City of Joburg housing policy unconstitutional – Supreme Court

2011-03-30 14:23

The City of Johannesburg’s housing policy in relation to 100 poor people living in rundown buildings in Berea was unconstitutional, the Supreme Court of Appeal held today.

The court held that the policy was unconstitutional to the extent that it excluded the occupiers from consideration for temporary emergency accommodation.

The Bloemfontein court confirmed a high court order in which the City of Johannesburg was obliged to provide the occupiers, whose names appear on a list, with temporary emergency accommodation.

This accommodation should be as close as possible to the Berea properties, provided that the occupiers were still resident at the properties, belonging to Blue Moonlight Properties.

The city appealed the high court decision to the Supreme Court of Appeal on the basis that it was only obliged to provide accommodation to people it evicts from properties it considers unsafe.

The building owners joined the city as a party to the court proceedings in the high court after they had served its application for eviction on the occupiers.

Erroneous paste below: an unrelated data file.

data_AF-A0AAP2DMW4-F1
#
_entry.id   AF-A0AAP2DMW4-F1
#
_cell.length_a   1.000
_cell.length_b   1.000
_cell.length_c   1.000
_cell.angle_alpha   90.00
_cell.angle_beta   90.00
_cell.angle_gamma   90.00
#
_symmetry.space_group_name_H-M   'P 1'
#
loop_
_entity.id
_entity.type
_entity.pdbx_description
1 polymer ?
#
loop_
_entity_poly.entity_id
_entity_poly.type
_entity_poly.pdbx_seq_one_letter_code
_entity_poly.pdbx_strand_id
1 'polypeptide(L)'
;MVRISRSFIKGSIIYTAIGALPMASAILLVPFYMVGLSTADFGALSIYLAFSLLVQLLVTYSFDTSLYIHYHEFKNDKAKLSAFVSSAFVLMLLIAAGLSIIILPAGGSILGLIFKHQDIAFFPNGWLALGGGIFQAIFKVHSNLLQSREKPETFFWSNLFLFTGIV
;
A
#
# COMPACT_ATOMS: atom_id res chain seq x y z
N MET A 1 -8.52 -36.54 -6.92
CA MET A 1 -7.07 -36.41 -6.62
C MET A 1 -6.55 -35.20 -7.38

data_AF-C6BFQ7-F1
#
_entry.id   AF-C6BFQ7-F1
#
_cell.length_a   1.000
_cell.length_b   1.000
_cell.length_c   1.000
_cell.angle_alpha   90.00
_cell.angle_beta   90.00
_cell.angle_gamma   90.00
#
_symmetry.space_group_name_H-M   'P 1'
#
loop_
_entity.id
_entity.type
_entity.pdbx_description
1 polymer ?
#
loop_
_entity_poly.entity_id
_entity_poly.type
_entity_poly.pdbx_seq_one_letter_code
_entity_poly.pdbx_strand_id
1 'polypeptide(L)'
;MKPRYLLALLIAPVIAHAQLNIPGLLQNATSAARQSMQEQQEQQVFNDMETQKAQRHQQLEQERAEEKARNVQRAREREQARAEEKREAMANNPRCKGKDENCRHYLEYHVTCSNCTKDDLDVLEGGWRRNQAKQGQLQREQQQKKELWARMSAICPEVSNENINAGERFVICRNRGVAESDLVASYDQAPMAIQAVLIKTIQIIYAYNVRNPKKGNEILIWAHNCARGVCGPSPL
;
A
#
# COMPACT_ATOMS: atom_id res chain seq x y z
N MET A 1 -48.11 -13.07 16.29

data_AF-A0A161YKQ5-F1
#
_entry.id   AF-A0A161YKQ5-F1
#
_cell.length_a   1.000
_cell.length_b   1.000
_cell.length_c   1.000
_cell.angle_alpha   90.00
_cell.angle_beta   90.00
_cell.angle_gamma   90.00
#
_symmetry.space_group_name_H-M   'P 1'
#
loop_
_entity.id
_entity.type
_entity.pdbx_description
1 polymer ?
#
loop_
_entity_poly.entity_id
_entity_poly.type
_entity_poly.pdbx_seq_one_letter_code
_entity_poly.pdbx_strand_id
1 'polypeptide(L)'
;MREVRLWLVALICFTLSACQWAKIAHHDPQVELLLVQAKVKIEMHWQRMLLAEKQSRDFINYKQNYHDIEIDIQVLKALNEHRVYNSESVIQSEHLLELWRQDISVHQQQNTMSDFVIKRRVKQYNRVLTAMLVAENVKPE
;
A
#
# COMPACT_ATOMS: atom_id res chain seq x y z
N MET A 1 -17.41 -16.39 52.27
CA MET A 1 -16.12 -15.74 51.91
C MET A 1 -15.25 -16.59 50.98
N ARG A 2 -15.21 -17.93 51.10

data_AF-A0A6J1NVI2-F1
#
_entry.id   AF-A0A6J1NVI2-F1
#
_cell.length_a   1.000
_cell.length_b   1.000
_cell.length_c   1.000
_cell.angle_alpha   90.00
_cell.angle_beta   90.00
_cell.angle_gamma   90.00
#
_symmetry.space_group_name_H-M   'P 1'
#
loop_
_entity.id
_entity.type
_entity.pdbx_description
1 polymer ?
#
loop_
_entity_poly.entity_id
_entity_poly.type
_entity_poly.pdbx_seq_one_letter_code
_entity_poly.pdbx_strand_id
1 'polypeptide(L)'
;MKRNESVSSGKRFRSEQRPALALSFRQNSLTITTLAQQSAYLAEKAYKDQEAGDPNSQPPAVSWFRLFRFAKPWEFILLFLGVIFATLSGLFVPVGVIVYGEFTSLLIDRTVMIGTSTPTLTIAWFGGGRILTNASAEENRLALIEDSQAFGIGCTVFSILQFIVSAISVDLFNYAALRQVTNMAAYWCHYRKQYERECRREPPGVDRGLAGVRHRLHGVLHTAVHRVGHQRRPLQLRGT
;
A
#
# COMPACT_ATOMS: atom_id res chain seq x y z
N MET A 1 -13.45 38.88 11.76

However, they opposed this saying they could not be evicted until the City of Johannesburg discharged its constitutional obligation to provide them with temporary alternative accommodation.

An attorney at the Socio-Economic Rights Institute of South Africa, Teboho Mosikili, said the “powerful” judgment by the Supreme Court of Appeal on the matter was a ground-breaking decision.

“It confirms that the city was under a direct duty to alleviate the plight of the desperately poor and homeless,” said Mosikili in a statement.

The Socio-Economic Rights Institute of South Africa said the city’s irrational attempts to evade its duties have been comprehensively dealt with.

The institute hopes that the city would respect the decision and implement the court’s decision soon.

The matter started when the group of desperately poor people living in a disused commercial property in Berea were sued for eviction by the owner in 2006.

The occupiers were represented in court by, among others, the Socio-Economic Rights Institute of South Africa’s director of litigation, Stuart Wilson.

The Centre for Applied Legal Studies Litigation Unit at the Wits Law Clinic were the attorneys.

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